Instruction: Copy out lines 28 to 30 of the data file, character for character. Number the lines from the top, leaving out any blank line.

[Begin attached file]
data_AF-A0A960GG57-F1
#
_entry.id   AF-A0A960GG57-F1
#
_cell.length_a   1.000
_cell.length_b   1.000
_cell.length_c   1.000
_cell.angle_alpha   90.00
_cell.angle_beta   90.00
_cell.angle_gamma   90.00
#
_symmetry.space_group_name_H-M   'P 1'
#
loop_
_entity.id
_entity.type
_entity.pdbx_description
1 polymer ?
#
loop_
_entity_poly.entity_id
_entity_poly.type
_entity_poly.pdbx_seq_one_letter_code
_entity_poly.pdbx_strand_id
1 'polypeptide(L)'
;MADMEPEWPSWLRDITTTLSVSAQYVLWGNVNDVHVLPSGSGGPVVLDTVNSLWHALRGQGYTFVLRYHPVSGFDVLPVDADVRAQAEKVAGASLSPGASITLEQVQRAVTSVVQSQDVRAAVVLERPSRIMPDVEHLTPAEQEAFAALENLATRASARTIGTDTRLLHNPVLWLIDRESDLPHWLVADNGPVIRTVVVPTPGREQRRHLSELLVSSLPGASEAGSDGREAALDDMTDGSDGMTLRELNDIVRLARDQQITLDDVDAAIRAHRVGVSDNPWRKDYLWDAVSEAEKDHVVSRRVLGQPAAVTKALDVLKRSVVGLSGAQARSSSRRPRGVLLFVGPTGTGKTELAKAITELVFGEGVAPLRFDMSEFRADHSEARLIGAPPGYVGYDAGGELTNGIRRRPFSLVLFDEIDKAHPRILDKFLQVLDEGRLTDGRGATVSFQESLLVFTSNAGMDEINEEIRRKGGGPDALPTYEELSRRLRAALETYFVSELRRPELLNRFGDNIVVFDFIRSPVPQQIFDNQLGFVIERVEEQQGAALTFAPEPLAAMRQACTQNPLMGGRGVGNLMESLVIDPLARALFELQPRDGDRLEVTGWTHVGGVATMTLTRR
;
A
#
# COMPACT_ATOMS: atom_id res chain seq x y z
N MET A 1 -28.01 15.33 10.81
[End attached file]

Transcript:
A
#
# COMPACT_ATOMS: atom_id res chain seq x y z